- 99 cyclists died in the year. 94 were adults and 5 were children.
- On top of that, 4,106 cyclists suffered serious injuries.
- 13,345 cyclists were slightly injured.
If you believe you have suffered following a cycling accident caused by somebody else, we could help you begin a claim. Our advisors will listen to your story, assess your evidence and provide free legal advice on what to do next.
No Win No Fee Cycling Accident Claims
We realise that many people worry about what legal representation will cost when making a claim. That’s the reason we work with a panel of personal injury solicitors who work on a No Win No Fee basis. If your claim is accepted, not only will you benefit from the experience of a legal professional, but your financial risks will be lowered as well.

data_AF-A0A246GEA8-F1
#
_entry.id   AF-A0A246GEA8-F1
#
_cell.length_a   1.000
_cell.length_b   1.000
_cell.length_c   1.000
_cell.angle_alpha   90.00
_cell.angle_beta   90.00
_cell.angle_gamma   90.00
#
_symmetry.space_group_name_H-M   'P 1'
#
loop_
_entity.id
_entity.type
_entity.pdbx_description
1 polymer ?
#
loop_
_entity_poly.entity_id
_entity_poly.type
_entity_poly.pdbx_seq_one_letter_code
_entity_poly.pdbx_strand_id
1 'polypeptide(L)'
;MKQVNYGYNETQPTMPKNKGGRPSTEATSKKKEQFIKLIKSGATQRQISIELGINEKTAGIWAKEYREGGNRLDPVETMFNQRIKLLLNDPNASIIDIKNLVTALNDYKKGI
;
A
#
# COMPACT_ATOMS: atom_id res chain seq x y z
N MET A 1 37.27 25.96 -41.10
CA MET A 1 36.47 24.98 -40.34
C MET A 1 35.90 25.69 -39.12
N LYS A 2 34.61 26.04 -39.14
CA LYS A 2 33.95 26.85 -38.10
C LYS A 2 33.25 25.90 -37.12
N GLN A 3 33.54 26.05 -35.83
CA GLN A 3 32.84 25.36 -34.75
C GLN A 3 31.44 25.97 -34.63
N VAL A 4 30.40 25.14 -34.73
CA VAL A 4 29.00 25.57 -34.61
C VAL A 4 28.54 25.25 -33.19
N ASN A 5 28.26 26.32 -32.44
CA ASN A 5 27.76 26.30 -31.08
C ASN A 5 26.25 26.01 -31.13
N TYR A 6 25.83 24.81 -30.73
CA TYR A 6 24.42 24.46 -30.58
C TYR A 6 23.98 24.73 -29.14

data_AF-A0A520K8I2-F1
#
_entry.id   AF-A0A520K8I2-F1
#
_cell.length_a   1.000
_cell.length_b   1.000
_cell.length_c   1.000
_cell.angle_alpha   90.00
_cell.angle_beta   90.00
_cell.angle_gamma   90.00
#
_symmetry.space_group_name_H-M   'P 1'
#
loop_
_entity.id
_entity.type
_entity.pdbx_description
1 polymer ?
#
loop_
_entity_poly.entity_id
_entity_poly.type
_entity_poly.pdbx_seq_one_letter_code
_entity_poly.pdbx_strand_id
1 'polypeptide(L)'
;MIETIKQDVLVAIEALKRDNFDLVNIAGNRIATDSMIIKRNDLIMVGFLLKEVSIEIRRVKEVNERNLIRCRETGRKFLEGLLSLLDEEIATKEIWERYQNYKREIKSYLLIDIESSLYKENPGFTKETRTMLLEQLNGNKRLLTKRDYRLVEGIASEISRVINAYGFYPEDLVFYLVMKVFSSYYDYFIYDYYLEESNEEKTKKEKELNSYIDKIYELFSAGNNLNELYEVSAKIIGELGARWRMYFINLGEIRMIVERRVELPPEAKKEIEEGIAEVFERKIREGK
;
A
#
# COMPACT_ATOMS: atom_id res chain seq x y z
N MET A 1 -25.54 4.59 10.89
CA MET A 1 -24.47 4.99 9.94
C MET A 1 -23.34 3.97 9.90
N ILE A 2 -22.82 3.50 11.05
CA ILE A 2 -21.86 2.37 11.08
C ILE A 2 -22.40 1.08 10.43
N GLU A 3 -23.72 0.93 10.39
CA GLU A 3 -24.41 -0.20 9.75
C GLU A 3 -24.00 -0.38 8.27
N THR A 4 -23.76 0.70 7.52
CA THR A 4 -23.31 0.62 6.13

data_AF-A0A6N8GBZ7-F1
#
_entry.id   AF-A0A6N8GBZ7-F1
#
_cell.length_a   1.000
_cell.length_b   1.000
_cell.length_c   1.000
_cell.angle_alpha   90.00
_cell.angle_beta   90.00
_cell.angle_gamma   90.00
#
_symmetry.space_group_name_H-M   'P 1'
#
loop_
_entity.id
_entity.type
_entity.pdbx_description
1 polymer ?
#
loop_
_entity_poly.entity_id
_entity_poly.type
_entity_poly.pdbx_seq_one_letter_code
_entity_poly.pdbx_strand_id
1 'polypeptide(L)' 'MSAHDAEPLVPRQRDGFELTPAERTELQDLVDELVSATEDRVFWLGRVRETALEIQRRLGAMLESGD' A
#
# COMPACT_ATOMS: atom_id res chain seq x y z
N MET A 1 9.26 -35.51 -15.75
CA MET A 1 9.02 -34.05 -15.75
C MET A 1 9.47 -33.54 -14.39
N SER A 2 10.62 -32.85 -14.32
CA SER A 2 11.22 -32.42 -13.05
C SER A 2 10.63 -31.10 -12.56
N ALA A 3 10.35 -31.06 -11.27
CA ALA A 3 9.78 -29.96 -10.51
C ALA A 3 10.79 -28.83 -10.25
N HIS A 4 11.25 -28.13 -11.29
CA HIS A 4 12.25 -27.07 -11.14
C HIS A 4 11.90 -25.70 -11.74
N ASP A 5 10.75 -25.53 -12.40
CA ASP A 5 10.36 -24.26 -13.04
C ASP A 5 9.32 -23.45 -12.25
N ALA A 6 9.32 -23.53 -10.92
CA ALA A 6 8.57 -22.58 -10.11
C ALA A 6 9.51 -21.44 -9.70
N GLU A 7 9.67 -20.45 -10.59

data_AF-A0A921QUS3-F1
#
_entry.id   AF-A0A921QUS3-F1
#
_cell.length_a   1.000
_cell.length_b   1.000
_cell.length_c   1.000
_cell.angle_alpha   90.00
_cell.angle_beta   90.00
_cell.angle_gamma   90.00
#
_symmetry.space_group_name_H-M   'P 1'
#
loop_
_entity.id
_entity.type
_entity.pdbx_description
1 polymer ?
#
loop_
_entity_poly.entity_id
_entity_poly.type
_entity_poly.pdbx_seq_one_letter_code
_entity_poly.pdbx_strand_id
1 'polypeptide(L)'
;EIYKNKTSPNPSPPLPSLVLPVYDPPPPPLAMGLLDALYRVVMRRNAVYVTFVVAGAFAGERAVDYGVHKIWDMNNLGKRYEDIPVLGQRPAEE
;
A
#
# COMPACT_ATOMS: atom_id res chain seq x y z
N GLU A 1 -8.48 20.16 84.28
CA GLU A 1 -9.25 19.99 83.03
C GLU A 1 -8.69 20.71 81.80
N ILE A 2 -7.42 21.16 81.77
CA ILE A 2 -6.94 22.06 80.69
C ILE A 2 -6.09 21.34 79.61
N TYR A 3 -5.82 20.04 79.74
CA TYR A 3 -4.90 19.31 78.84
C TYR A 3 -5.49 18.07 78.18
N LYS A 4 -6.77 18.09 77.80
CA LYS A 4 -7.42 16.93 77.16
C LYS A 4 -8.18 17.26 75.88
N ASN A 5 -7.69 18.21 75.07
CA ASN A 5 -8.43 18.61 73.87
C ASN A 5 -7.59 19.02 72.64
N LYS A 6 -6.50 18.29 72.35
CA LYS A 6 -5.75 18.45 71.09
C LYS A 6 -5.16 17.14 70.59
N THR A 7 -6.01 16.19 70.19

Before offering this service, the solicitor will carry out an assessment of your case. If they’re of the opinion there is a chance of success, they’ll provide a Conditional Fee Agreement (CFA) for you. This contract will explain the conditions that must be met before your solicitor is paid. Additionally, it will show that:
- Claims can start right away as no upfront charges are made.
- You won’t be asked to pay any solicitor’s fees during the processing of your claim.
- If the claim does not succeed, solicitor’s fees will not be requested at all.
The only situation where the solicitor will be paid is when compensation is awarded. If that does happen, a percentage of your compensation will be kept to cover the lawyer’s work. This is listed as a success fee in the CFA so you can see what percentage you’ll pay before you sign up with the lawyer. By law, success fees are limited to 25%.
When you are ready to discuss your claim, we’ll be here to help. If you would like to get in touch about a bicycle accident, you can: